Rum Babas with Fresh Blackberries 

When I was at Crook's Corner, I generally would make rum babas only during the holidays. They seem extra festive but are also a bit more trouble than the simpler recipes that I prefer. I don't recall how they suddenly popped back up on the menu in midsummer, but I'm glad it happened because they are exquisite with fresh wild blackberries.

Rum Babas With Fresh Blackberries
Photo: Photographer Victor Protasio, Food Stylist Emily Nabors Hall, Prop Stylist Audrey Davis
Active Time:
1 hrs
Total Time:
3 hrs

These Rum Babas (also known as Baba au rhum) are delicious yeast-leavened cakes soaked in a dark rum simple syrup. This '60s French retro dessert fell out of fashion, but recently began making a comeback, likely because it's so darn good. For these individual desserts, you will need 12 mini Bundt pans (silicone ones are great for easy removal), although many specialty cooking stores also sell the classic cone-shaped molds if you're looking for that retro look.

While most cakes are a batter, these are made from a sweetened dough, which like bread rises once after mixing and again in the pan. After a short trip to the oven, the cakes are poked and soaked in rum syrup until moist. Garnished with fresh blackberries and whipped cream, the dessert is best served warm, but because the cakes and the syrup hold well, you can reheat both to serve later. This is an adults-only dessert however, as the alcohol in the rum syrup is not cooked off.



  • 1 (1/4-oz.) pkg. active dry yeast 

  • 3 Tbsp. warm water 

  • 2 large eggs 

  • ¼ cup salted butter, melted and cooled slightly 

  • 2 Tbsp. granulated sugar 

  • 1 ½ cups all-purpose flour, plus more for dusting 

Rum Syrup

  • 1 ¼ cups tap water  

  • 1 cup granulated sugar  

  • ½ cup (4 oz.) dark rum  

Additional Ingredients

  • 4 cups fresh blackberries (from 3 [6-oz.] pkg.), divided 

  • Sweetened whipped cream 


  1. Prepare the Babas: Dissolve yeast in warm water in a large bowl; let stand until foamy, about 5 minutes. Whisk in eggs, butter, and sugar until smooth and completely incorporated. Fold in flour using a rubber spatula until mixture is smooth. Knead dough in bowl until it sticks to itself more than it does to your hands, about 5 minutes, dusting it with a little flour to help prevent sticking (be sure you do not use too much flour). Shape dough into a ball; place in a large bowl lightly greased with cooking spray, and dust the top with a little flour. Cover with a damp cloth, and let rise in a warm (75°F to 80°F) place until doubled in size, 1 hour to 1 hour, 30 minutes.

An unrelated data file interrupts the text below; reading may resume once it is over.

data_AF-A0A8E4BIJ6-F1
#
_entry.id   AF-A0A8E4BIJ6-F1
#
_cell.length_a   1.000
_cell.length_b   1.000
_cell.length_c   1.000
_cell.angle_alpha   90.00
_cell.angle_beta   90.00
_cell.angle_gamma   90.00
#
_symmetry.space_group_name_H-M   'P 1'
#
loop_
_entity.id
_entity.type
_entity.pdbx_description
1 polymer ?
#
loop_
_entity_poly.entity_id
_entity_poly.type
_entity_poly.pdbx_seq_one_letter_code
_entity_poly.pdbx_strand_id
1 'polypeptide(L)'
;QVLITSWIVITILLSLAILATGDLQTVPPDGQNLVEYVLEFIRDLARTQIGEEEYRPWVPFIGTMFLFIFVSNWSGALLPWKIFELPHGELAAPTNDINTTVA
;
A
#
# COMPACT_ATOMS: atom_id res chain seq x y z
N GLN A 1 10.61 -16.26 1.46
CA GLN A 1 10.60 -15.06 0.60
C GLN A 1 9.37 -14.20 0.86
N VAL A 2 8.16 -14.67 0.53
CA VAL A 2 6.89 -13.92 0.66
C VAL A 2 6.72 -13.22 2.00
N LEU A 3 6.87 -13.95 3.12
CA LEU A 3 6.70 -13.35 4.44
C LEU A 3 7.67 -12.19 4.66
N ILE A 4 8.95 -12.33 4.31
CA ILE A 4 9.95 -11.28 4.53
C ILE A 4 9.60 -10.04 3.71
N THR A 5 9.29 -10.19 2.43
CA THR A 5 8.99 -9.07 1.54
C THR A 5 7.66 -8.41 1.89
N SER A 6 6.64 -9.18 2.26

2. Punch dough down, and knead 2 or 3 times (still in bowl). Generously coat wells of a 12-cup mini Bundt pan with cooking spray. Divide dough evenly among muffin wells (about 1 1/4 ounces each), pressing gently into bottom of each well. (You don't need to smooth the top. It will take care of itself when rising.) Let rise, uncovered, in a warm place until doubled in size, 30 to 45 minutes.

  3. Preheat oven to 375°F. Bake Babas in preheated oven until cakes are golden brown and spring back when lightly pressed, 12 to 15 minutes. Remove from oven; let cool on a wire rack 10 minutes.

  4. While Babas bake, prepare the Rum Syrup: Bring tap water and sugar to a boil in a small saucepan over medium-high. Boil mixture, stirring occasionally, until sugar is completely dissolved, about 2 minutes. Remove from heat, and stir in rum.

  5. Remove Babas cakes from mini Bundt pan. Pierce tops of cakes several times using a wooden pick; drizzle each cake with enough warm Syrup so that cakes are moist but not soggy (about 1 1/4 cups Syrup total).

  6. Place cakes on individual serving plates, and top each with 1/3 cup blackberries. Drizzle each with a little more Syrup. Garnish with fresh whipped cream. This dessert should be served warm, but both the cakes and the syrup hold well, so you can reheat both to serve them later.

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